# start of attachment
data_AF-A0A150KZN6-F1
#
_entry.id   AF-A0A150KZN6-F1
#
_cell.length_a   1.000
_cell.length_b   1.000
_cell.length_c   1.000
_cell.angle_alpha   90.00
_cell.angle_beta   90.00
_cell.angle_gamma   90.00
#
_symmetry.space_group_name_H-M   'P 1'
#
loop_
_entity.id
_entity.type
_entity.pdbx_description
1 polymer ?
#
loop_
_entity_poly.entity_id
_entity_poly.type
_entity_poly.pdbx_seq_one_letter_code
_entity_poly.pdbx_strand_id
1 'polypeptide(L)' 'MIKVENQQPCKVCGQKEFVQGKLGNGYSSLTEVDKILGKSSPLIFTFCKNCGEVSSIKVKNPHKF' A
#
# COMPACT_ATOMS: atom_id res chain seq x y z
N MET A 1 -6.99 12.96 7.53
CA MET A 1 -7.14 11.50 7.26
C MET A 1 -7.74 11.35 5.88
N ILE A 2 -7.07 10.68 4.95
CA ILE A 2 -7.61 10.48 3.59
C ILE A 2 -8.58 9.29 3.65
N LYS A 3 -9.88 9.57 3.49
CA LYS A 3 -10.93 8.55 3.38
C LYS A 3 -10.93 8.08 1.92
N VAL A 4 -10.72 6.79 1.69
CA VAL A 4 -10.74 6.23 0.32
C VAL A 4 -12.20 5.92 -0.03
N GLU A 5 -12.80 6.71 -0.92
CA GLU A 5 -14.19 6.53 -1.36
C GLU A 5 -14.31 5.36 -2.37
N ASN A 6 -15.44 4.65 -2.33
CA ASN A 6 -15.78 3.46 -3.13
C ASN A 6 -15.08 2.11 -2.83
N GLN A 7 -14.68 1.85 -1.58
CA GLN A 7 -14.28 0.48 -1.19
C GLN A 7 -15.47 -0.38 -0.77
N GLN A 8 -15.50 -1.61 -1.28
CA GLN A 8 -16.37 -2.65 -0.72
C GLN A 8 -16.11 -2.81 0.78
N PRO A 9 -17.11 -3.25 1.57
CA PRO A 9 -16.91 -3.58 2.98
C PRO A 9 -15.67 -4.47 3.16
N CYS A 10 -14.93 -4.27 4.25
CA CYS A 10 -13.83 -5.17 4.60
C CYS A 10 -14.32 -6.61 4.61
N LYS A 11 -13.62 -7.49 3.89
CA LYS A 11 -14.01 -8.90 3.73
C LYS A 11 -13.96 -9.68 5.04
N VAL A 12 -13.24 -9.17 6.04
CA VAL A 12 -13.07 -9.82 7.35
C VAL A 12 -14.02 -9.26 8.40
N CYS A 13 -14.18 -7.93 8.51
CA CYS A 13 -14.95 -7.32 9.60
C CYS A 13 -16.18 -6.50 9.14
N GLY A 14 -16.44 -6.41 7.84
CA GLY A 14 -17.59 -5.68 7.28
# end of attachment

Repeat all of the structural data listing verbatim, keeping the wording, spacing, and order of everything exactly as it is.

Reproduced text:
data_AF-A0A150KZN6-F1
#
_entry.id   AF-A0A150KZN6-F1
#
_cell.length_a   1.000
_cell.length_b   1.000
_cell.length_c   1.000
_cell.angle_alpha   90.00
_cell.angle_beta   90.00
_cell.angle_gamma   90.00
#
_symmetry.space_group_name_H-M   'P 1'
#
loop_
_entity.id
_entity.type
_entity.pdbx_description
1 polymer ?
#
loop_
_entity_poly.entity_id
_entity_poly.type
_entity_poly.pdbx_seq_one_letter_code
_entity_poly.pdbx_strand_id
1 'polypeptide(L)' 'MIKVENQQPCKVCGQKEFVQGKLGNGYSSLTEVDKILGKSSPLIFTFCKNCGEVSSIKVKNPHKF' A
#
# COMPACT_ATOMS: atom_id res chain seq x y z
N MET A 1 -6.99 12.96 7.53
CA MET A 1 -7.14 11.50 7.26
C MET A 1 -7.74 11.35 5.88
N ILE A 2 -7.07 10.68 4.95
CA ILE A 2 -7.61 10.48 3.59
C ILE A 2 -8.58 9.29 3.65
N LYS A 3 -9.88 9.57 3.49
CA LYS A 3 -10.93 8.55 3.38
C LYS A 3 -10.93 8.08 1.92
N VAL A 4 -10.72 6.79 1.69
CA VAL A 4 -10.74 6.23 0.32
C VAL A 4 -12.20 5.92 -0.03
N GLU A 5 -12.80 6.71 -0.92
CA GLU A 5 -14.19 6.53 -1.36
C GLU A 5 -14.31 5.36 -2.37
N ASN A 6 -15.44 4.65 -2.33
CA ASN A 6 -15.78 3.46 -3.13
C ASN A 6 -15.08 2.11 -2.83
N GLN A 7 -14.68 1.85 -1.58
CA GLN A 7 -14.28 0.48 -1.19
C GLN A 7 -15.47 -0.38 -0.77
N GLN A 8 -15.50 -1.61 -1.28
CA GLN A 8 -16.37 -2.65 -0.72
C GLN A 8 -16.11 -2.81 0.78
N PRO A 9 -17.11 -3.25 1.57
CA PRO A 9 -16.91 -3.58 2.98
C PRO A 9 -15.67 -4.47 3.16
N CYS A 10 -14.93 -4.27 4.25
CA CYS A 10 -13.83 -5.17 4.60
C CYS A 10 -14.32 -6.61 4.61
N LYS A 11 -13.62 -7.49 3.89
CA LYS A 11 -14.01 -8.90 3.73
C LYS A 11 -13.96 -9.68 5.04
N VAL A 12 -13.24 -9.17 6.04
CA VAL A 12 -13.07 -9.82 7.35
C VAL A 12 -14.02 -9.26 8.40
N CYS A 13 -14.18 -7.93 8.51
CA CYS A 13 -14.95 -7.32 9.60
C CYS A 13 -16.18 -6.50 9.14
N GLY A 14 -16.44 -6.41 7.84
CA GLY A 14 -17.59 -5.68 7.28